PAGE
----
Review: Limonov by Emmanuel Carrère
The French writer Emmanuel Carrère, himself partly Russian, has written a hugely readable bestseller, now fluently translated by John Lambert, about Eduard Limonov, a picaresque outsider from Ukraine, by turns a small-time hooligan, failed poet, bisexual exhibitionist, obsessive autobiographer and minor politician. Carrère calls his book a novel, or perhaps a «novel». The confusion is deliberate. Limonov himself doesn’t know whether to endorse Carrère’s version of his life or not. But it does parallel the known facts of his career, even if some of the details are invented.
The son of an unsuccessful secret policeman, Limonov bummed around America in the 1970s as a minor littérateur and failed celebrity. Several books and many affairs later, after a somewhat more successful time in Paris, he returned to Moscow in 1991 to found Russia’s National Bolshevik Party, complete with black shirts, fascist salutes and neoimperial ambitions. He associated with the nastier Serb nationalists in Bosnia. He adventured into Russia’s bushfire wars on the fringes of the old empire. Vladimir Putin’s people harassed his people and banned his party. He is now a much-publicised fringe member of the raggle-taggle, sometimes brave, mostly ineffective opposition to Putin and like them, regularly though briefly gets tossed into jail for his pains.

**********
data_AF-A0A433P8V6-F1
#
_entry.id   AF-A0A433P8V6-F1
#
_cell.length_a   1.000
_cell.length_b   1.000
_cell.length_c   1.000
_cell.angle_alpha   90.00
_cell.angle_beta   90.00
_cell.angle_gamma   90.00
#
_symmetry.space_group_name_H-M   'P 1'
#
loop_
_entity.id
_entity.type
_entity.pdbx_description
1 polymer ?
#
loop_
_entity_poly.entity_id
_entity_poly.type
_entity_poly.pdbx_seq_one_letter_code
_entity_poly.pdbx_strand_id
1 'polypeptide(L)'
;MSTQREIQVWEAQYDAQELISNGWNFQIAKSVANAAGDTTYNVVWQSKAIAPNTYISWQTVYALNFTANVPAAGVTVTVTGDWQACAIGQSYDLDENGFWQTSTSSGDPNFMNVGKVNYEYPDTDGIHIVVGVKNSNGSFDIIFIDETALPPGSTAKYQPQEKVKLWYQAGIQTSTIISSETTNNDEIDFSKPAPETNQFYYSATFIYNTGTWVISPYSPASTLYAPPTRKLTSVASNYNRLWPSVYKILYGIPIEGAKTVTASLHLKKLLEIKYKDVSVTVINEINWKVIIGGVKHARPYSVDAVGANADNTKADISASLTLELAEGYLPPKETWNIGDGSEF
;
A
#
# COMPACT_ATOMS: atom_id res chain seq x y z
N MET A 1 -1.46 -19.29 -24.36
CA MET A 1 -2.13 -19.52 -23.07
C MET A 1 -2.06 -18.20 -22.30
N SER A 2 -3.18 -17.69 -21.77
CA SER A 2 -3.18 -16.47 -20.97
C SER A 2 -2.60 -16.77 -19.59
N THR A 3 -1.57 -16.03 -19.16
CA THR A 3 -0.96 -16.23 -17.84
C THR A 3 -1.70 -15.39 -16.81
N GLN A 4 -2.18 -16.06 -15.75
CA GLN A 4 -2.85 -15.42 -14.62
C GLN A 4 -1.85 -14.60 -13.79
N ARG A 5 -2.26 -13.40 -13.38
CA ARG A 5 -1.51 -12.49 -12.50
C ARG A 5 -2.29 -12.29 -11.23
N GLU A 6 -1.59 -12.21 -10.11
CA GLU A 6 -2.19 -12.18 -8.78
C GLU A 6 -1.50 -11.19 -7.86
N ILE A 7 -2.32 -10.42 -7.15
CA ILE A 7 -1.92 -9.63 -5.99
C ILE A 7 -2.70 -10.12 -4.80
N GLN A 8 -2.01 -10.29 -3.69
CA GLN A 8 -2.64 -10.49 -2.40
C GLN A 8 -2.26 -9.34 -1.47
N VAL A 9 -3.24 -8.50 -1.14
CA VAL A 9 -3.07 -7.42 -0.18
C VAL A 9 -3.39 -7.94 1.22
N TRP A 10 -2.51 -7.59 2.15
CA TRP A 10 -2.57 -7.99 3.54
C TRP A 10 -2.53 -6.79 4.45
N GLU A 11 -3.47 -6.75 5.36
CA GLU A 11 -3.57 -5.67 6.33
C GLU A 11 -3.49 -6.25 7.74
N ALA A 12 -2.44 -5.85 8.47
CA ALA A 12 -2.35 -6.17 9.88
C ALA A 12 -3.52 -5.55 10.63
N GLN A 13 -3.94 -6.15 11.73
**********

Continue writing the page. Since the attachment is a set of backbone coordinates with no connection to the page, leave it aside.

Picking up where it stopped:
Carrère oscillates between romantic admiration and reluctant disapproval of this bizarre, unattractive and now elderly poseur. But his extravagant tour de force shines a genuine light on the scruffier fringe of Russian life and the seedier side of recent Russian history.
«Prospect Magazine», december 2014